Considered an “exotic superstar,” the Pacamara variety is a rare hybrid of Pacas and Red Maragogype beans, created in a coffee breeding improvement program by the Salvadoran Institute for Coffee Research. This cup comes from Finca Kassandra in the Huatusco region of Veracruz, where workers have their own housing facilities, day care, and medical care. Only eight percent of their 600 hectares is dedicated to Pacamara, making it an exceptional microlot. With more than thirty years of growing experience, the Rivas family has learned to produce a round, complex cup.
Finca Kassandra, established in 1996 by the Rivas family, is located in the central region of the state of Veracruz near Totutla and Huatusco in Mexico. Of the finca’s 600 hectares, about 320 are dedicated to coffee production–Macadamia nuts being another primary crop. Of the coffee production, 8% is Pacamara, which is separated and impeccably milled.
Finca Kassanra is also dedicated to preserving and existing in harmony with the surrounding rain forest and is RFA certified.
Welcome to my Table, here in the corner of this cafe. Today we’re sipping the Mexico Finca Kassandra, from PERC Coffee in Savannah, Georgia. Feel free to pull up a chair.
region: Veracruz, Mexico
farm: Finca Kassandra
producer: Rivas Family
elevation: 1500 meters above sea level
process: fully washed, patio dried
certifications: Rainforest Alliance
The aroma of the of the Mexico Finca Kassandra is warm, spicy, and sweet. Its scents of cinnamon, red apple, and brown sugar have me thinking of warm cider or fresh apple pie.
The first few sips of the coffee immediately post-brew are thick and dense, flooding my palate with a massively viscous mouthfeel that heavily coats the tongue and presents my taste buds with flavors of raw honey and plenty of fruits, like apple pie, raisin, cranberry, cantaloupe, raspberry, and pomegranate, while spicy/sweet notes of muscovado sugar and cinnamon nip at the tongue in the fnish.
As it cools off, the coffee takes a sharp turn and goes down a very, very different path—instead of sweet, lively, and fruity, the coffee is now, herbal, savory, and much juicier than it was up front. Honestly, it kind of tastes like spaghetti sauce at this point in the cup, with notes of sun dried tomato (and a sharp tomato acidity to boot), basil, salt, and black pepper. There’s also an odd meatiness (like bacon almost) in the coffee that I can honestly say I have never tasted in any other coffee before.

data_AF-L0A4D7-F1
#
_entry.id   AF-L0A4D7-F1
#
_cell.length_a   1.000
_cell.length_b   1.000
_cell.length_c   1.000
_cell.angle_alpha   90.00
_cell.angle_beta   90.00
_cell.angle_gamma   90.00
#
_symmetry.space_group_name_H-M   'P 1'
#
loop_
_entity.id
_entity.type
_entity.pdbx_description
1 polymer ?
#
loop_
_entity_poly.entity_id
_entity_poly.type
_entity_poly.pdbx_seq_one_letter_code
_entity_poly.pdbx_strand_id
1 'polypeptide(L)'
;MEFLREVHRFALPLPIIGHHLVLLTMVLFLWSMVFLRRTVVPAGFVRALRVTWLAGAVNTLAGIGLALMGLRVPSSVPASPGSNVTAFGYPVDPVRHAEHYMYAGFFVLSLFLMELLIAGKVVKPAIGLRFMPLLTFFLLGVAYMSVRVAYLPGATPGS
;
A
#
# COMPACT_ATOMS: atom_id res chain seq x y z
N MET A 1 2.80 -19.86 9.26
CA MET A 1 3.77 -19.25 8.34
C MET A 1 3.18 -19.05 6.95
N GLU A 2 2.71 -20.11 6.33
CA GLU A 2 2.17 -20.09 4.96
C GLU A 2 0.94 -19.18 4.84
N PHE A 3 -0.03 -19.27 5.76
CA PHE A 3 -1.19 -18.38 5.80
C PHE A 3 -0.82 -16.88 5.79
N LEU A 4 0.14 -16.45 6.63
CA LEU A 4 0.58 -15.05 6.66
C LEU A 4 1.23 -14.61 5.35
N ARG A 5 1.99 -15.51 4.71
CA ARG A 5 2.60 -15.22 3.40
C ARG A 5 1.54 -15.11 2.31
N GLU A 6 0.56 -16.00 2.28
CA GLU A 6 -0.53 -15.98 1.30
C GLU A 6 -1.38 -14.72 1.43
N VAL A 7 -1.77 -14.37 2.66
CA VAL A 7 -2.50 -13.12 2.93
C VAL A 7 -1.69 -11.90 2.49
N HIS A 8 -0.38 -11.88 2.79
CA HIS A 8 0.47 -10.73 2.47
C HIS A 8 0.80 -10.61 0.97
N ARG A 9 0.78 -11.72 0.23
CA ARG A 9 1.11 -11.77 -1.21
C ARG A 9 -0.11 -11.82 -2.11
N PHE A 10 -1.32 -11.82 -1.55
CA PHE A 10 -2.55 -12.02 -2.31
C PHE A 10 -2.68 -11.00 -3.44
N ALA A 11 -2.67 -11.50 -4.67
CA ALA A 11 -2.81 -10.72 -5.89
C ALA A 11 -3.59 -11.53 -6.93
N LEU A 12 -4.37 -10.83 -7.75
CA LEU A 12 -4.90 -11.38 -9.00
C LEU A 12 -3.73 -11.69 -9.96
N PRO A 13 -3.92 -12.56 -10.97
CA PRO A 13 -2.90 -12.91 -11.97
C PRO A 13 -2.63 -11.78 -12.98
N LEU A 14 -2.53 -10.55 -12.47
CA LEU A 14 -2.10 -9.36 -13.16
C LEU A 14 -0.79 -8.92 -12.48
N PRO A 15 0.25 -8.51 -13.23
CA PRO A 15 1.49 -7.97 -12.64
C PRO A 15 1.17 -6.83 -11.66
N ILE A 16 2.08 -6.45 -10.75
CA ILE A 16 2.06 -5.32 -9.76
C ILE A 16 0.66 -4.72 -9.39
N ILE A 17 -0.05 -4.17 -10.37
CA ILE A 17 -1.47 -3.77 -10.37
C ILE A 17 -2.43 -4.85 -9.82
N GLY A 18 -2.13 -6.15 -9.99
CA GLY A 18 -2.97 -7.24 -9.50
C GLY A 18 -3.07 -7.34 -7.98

Full body; viscous mouthfeel; tomato acidity; clean finish.
THE BOTTOM LINE:
I have sampled some really interesting and complex coffees in my day. But I honestly can’t remember ever having a coffee that was more interesting nor more complex than PERC Coffee’s Mexico Finca Kassandra.
This was a really weird and wild coffee that relentlessly tested my taste buds, that pushed and challenged me like no other coffee I’ve had in recent memory. It was intensely flavorful from beginning to end, never ceasing its barrage on my palate; furthermore, the flavors were not only intense, but pretty bizarre too—this is not your dad’s typical coffee; far from it. Hell, this isn’t even your typical Mexican coffee nor your typical Pacamara coffee!
Fruity, herbal, spicy, vegetal, savory… I mean, this coffee had it all going on. Besides all that, it was a delicious coffee, too! A lot of times, with these really weird/complex/unique/complicated coffees, they’re more interesting than they are tasty; they’re fun to drink as a coffee connoisseur, but they’re not something you’d brew to sip on just to have something to drink. But the Finca Kassandra was both.
Truly an exceptional coffee.
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Andrew is a husband, father, dog lover, craft beverage enthusiast, content creator, and niche market Internet celebrity. Formerly of A Table in the Corner of the Cafe and The Pulitzer Project and contributor to Barista Magazine and Mental Floss, he’s been writing on the Internet for years.